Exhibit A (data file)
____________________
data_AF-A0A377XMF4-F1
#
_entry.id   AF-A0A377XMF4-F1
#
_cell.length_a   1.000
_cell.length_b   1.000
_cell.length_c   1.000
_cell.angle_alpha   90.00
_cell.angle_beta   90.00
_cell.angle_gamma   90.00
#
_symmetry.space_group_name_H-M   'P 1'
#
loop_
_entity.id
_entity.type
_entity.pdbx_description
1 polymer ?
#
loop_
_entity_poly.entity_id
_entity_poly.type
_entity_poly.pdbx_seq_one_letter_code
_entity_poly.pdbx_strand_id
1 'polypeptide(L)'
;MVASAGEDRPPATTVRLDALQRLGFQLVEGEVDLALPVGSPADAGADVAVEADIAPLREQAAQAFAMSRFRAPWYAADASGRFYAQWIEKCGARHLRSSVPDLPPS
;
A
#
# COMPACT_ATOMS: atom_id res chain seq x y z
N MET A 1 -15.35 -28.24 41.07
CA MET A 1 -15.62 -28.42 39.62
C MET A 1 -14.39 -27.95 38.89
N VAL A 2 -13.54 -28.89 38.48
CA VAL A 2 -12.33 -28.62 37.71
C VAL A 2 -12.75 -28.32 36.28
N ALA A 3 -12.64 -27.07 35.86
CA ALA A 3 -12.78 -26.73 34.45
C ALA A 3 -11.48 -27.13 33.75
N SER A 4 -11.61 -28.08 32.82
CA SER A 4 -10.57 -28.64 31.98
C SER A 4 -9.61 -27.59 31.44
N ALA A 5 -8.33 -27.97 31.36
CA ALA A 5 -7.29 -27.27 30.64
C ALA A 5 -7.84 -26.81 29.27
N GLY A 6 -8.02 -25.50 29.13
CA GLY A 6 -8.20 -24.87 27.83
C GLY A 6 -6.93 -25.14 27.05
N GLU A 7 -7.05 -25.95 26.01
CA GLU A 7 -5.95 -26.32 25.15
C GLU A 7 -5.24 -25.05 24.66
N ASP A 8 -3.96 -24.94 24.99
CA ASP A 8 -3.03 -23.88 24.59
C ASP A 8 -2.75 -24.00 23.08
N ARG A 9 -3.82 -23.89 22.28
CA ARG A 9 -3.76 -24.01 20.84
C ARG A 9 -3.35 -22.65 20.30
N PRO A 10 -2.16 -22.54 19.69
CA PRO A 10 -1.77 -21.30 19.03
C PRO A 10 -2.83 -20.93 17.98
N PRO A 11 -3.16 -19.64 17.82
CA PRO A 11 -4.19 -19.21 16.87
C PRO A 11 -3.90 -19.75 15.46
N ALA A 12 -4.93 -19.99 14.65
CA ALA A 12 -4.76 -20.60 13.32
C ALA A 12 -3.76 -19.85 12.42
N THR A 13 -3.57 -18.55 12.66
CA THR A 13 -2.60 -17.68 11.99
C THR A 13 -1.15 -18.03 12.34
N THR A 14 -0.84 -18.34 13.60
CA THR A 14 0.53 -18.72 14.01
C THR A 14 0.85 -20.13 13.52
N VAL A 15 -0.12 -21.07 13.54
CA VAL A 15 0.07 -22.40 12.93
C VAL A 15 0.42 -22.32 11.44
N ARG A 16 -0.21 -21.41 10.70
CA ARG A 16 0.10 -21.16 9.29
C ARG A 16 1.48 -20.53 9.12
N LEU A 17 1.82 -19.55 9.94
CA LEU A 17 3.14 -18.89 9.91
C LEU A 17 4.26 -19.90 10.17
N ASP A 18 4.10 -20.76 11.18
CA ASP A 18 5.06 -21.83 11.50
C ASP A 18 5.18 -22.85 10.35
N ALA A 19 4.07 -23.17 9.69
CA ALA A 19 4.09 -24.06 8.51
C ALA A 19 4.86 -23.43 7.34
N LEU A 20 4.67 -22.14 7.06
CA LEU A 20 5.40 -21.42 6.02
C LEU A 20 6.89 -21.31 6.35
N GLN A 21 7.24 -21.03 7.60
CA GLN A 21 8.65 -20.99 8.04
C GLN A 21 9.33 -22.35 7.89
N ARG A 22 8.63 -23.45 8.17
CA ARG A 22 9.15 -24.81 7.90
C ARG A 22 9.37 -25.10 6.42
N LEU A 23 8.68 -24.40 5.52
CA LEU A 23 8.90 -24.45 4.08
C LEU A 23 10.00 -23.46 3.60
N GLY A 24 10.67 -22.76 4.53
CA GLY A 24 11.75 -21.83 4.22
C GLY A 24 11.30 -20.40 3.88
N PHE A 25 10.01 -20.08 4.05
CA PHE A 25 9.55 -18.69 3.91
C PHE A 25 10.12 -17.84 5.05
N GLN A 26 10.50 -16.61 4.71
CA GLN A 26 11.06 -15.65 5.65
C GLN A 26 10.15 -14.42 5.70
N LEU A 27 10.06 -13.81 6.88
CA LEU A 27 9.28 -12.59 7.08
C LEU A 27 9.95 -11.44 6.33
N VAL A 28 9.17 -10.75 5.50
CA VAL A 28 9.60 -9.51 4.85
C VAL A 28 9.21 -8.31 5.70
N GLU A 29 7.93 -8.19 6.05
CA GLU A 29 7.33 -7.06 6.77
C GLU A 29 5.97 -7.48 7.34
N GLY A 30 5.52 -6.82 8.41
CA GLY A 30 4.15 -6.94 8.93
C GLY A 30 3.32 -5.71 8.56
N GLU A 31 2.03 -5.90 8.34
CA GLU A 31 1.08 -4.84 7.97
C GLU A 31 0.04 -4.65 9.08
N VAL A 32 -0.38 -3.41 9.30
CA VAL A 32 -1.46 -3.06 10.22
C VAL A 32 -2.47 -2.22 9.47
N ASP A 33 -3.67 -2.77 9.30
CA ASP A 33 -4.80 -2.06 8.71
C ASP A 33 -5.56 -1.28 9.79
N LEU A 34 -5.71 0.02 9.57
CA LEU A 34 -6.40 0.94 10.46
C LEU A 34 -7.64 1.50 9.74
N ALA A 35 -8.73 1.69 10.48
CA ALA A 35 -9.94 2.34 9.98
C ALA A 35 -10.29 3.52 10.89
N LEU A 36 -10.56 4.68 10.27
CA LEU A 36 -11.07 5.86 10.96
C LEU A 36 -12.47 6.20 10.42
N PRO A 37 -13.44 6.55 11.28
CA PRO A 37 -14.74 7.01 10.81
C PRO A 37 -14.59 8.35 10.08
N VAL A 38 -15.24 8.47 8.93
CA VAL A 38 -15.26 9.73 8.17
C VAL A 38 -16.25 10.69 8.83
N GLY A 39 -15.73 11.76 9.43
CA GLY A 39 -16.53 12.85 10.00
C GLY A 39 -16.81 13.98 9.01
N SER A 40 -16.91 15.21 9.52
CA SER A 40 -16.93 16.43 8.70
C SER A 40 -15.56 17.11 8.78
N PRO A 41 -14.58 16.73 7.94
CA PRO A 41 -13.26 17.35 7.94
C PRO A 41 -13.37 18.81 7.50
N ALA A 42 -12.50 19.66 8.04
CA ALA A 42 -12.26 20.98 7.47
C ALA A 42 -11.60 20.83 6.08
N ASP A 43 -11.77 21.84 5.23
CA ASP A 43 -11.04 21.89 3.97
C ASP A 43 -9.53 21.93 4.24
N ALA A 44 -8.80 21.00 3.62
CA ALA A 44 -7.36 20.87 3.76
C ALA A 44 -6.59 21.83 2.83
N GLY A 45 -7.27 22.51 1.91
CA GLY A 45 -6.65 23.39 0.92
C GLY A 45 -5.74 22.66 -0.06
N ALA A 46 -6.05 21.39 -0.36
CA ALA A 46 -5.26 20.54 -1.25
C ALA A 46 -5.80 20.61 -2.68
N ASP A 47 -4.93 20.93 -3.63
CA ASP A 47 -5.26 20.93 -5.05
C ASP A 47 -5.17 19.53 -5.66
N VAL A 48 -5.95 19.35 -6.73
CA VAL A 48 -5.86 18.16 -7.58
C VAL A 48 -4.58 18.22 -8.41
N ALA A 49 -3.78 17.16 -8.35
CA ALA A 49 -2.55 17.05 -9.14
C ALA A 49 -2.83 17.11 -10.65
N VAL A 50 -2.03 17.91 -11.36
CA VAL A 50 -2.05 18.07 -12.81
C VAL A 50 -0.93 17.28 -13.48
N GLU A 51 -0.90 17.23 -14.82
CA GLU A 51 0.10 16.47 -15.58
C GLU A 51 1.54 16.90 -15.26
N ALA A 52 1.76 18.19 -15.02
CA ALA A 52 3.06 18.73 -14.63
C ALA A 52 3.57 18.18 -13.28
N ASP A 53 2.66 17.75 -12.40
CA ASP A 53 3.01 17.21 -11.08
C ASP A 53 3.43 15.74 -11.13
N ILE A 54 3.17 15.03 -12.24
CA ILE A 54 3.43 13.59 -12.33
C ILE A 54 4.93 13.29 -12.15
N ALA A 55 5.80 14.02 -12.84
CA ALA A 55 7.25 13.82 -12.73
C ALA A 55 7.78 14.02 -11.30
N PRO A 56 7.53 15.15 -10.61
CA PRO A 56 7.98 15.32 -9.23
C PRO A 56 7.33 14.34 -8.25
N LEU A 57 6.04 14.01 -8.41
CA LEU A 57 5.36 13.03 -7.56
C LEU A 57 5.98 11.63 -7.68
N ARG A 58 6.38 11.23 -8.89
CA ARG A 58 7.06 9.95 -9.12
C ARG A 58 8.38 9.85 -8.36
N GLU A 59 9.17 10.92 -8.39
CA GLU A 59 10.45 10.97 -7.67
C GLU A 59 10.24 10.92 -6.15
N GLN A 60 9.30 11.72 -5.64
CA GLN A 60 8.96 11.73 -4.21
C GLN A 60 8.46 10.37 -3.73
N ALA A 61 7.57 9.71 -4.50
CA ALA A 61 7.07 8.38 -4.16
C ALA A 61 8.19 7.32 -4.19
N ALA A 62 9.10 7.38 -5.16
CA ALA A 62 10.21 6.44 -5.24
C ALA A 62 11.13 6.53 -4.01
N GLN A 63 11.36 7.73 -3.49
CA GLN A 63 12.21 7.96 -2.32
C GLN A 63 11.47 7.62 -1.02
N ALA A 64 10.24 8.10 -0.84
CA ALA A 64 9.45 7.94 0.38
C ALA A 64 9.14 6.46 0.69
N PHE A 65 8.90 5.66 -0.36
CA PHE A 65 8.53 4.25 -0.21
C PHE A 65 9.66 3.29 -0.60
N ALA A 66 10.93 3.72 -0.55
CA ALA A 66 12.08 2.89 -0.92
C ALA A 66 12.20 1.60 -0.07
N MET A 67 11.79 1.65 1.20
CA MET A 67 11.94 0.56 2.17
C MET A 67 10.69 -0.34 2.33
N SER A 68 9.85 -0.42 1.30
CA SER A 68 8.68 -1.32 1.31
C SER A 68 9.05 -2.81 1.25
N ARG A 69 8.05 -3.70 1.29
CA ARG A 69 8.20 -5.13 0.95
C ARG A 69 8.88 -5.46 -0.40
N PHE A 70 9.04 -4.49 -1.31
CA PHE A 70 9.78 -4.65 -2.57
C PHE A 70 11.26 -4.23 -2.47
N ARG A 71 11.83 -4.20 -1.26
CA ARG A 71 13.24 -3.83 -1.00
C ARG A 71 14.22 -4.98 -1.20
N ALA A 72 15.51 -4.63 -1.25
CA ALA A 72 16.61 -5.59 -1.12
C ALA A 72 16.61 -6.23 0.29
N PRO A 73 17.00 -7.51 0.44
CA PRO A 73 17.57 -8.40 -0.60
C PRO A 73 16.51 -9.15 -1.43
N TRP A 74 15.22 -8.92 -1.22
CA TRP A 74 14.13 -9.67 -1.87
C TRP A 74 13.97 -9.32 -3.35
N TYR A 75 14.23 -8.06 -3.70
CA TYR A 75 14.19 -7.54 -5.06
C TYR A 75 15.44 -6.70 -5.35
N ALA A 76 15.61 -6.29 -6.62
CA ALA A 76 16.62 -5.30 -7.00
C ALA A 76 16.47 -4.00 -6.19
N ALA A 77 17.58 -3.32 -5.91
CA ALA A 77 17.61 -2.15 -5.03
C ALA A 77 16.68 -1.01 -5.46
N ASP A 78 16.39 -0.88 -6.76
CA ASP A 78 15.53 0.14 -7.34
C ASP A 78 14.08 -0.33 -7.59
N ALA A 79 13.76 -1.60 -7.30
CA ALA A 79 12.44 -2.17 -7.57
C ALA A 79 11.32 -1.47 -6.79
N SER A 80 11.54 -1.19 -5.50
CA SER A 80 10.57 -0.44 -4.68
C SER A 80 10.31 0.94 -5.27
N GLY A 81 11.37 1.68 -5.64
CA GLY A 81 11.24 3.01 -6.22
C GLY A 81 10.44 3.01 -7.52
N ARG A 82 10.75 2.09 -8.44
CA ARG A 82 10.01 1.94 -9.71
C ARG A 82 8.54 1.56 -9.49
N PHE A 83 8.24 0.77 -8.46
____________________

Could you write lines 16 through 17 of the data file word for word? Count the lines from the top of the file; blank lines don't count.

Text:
_entity.type
_entity.pdbx_description